A RATE war has erupted among the UK’s biggest lenders, sending mortgage costs to new lows. Banks and building societies including HSBC, Halifax, Royal Bank of Scotland, Nationwide and Santander have all slashed their best deals in a bid to tempt wavering borrowers into taking out fixed rate mortgages.
The competition is, on the face of it, a boost for home movers and buyers at a time when the housing market shows little sign of staging any kind of recovery.
There’s a catch, however: many people applying for the loans will be told they don’t qualify. Lenders may be promoting new, cheaper rates, but what are your chances of actually getting one?
Unless you have a decent amount of equity in your home or a substantial deposit – and a squeaky-clean credit record – you’re likely to be frozen out of the best deals.
Mortgage lenders collectively reduced more than 160 fixed rate mortgages in July, with around 40 variable rate loans, including trackers, also coming down.
The latest rate war kicked off when HSBC launched a 2.99 per cent five-year fixed rate. It was the lowest five-year deal ever – until last Monday. That’s when it was trumped by Royal Bank of Scotland’s new 2.95 per cent five-year loan.
As with many of the cheapest mortgages currently on the market, however, there’s a sting in the tail in the form of a hefty charge. Not only do borrowers need 40 per cent equity to qualify for the RBS product, they must also stump up £2,495 for the fee, up from £999 on its previous rate.
Barclays, Halifax (available north of the Border through Bank of Scotland), Santander and the Nationwide and Leeds building societies are among the other lenders to have slashed mortgage costs over the past month, offering cheaper deals for both movers and buyers.
So it’s good news for borrowers, right?
Not necessarily. While lenders claim to be doing more to help first-time buyers, they are aiming squarely at those with plenty of equity in their home.
Of the recent changes to mortgage costs, 29 have been on deals requiring equity or a deposit of 10 per cent or less.
In contrast, there have been 63 changes to mortgages with a 75 per cent loan-to-value (LTV) and 47 on deals needing equity or a deposit of 40 per cent, according to Moneyfacts.
Sylvia Waycot, spokesperson for Moneyfacts.co.uk, said: “Industry experts and consumers alike will have been hoping to see the first-time buyer market rejuvenated by the Bank of England’s Funding for Lending scheme, but current evidence suggests that those in the 90 per cent or more LTV bracket are not the ones getting the best value from the rate cuts.”
As rates are cut for borrowers with ample deposits or equity, therefore, the gap between their mortgage rates and those for buyers with 10 per cent equity or less continues to widen. The best 90 per cent LTV mortgages now cost almost twice as much as the top 60 per cent LTV loans.
Alison Mitchell, mortgage expert at Edinburgh IFA Robson Macintosh, said: “Lenders cherry-pick by keeping the loan-to-value low, which isn’t a bad thing. In the past, this time of year tends to see more competition creeping into the market, lenders have their service levels in order and it’s a quick and easy way to bring in the type of new business they want.”
But it’s not just first-time buyers that are losing out. Lenders have been accused of taking the cherry-picking approach too far by restricting their best rates to all but a select group of borrowers.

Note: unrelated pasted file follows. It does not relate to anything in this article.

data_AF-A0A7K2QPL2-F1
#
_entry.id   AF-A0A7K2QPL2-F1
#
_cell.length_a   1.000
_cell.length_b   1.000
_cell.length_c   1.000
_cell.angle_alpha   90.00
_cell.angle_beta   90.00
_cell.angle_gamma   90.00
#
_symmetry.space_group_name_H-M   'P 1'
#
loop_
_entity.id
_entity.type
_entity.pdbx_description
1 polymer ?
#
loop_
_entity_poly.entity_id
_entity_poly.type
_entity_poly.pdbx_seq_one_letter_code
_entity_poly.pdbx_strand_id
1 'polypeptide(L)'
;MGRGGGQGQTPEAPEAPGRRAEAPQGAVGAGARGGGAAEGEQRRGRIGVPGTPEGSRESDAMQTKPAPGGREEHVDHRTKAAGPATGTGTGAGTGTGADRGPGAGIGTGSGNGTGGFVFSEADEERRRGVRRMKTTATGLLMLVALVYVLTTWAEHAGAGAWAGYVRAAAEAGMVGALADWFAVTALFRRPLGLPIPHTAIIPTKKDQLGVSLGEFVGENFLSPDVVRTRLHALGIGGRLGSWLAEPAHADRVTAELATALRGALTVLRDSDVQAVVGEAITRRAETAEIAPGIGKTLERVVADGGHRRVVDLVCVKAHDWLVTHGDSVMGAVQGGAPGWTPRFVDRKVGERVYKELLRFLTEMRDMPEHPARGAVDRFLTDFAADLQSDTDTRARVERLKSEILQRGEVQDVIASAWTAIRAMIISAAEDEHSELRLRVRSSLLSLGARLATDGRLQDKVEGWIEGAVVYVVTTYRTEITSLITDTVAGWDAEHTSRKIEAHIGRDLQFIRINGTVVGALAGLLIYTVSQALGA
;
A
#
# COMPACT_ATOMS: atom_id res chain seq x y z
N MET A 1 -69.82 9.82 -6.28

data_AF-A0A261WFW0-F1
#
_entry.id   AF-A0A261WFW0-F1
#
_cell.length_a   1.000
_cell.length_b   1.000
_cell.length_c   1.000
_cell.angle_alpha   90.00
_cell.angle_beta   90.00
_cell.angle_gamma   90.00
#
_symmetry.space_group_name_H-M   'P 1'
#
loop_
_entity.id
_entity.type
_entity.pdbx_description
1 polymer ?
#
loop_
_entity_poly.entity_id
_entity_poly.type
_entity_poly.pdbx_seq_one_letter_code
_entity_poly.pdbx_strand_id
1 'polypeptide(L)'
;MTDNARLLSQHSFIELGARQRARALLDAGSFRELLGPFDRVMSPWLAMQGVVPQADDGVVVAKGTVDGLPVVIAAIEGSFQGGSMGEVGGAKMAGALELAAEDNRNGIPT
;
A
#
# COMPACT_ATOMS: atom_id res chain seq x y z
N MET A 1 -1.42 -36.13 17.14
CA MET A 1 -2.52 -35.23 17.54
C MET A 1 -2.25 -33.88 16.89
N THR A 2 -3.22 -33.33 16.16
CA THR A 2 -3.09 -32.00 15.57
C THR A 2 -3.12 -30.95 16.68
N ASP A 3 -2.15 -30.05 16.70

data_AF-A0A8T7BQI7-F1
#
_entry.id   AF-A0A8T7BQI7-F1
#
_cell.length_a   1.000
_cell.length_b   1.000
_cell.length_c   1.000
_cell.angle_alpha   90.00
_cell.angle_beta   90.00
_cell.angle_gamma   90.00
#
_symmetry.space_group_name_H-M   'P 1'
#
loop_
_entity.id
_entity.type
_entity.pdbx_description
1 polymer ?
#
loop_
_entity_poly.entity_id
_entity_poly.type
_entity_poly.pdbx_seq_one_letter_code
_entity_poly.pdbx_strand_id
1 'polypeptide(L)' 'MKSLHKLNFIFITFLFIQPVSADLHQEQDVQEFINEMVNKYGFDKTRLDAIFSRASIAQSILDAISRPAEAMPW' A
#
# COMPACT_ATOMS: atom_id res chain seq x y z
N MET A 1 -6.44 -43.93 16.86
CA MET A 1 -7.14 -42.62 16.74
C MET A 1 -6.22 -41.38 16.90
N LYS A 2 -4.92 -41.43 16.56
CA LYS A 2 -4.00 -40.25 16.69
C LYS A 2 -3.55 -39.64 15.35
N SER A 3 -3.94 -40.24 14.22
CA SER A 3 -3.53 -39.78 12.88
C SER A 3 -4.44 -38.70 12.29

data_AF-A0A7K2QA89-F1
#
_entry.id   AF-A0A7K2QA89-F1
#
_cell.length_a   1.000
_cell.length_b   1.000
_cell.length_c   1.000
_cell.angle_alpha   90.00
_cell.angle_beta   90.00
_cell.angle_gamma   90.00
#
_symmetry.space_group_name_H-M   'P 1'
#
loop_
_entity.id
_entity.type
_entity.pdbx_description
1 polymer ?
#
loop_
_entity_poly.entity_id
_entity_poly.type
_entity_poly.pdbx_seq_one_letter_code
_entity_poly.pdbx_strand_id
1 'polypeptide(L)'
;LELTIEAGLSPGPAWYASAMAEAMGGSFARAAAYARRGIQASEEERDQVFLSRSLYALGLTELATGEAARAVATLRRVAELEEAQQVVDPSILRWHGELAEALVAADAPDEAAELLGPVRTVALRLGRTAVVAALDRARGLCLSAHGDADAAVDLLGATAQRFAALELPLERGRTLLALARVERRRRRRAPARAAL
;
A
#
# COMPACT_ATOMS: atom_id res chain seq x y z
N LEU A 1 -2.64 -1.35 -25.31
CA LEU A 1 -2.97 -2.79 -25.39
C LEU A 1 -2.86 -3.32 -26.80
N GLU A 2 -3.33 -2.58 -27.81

Michael Maloco, of Maloco & Associates in Dunfermline, is one of several brokers reporting difficulties with getting loans approved by certain lenders.
Moving on from the agreement in principle to the actual mortgage offer is a particular problem for borrowers, according to Maloco.
“This has over the last five years become a tortuous process,” he said. “It now takes very little to cause an application to flounder, even where there is a perfectly valid explanation.”
The result in many cases, said Maloco, is that property chains collapse – not what the current housing market needs.
The other big trend is that the biggest rate cuts are on five-year mortgages.
The more people that lenders have on five-year fixed rate deals, the greater certainty their mortgage book has. The same principle applies to borrowers, Mitchell pointed out.
“I do see this as a positive approach, as many people now are looking to control their spending and want the certainty of fixed rates. Not only can they budget effectively over the coming years, they also benefit from the peace of mind that these low rates deliver,” she said.
If you do decide to jump off the fence and lock into a new deal, however, take time to work out the total cost of the deal you’re looking at.
The trouble is that the most eye-catching deals tend to come with the biggest fees, making like-for-like comparison of mortgages increasingly difficult. Don’t be deterred too easily though, said Ray Boulger, senior technical manager at broker John Charcol.
“A fee of £2,450 will instinctively put some people off. But, to put it in perspective, a £2,495 fee on a five-year fix is equivalent to the same annual amount over the deal period as a £999 fee on a two-year fix,” he said.
Also bear in mind that the larger your mortgage, the better the value you get from paying a high flat fee on a cheap interest rate.
For borrowers with access to the top deals, therefore, it’s all about avoiding hefty charges that wipe out any gains you make from the cheaper rate.
Mitchell said: “Now is the time for borrowers to use their advisers, so that in this ever-changing market they can secure the best advised deal tailored to their individual needs.”
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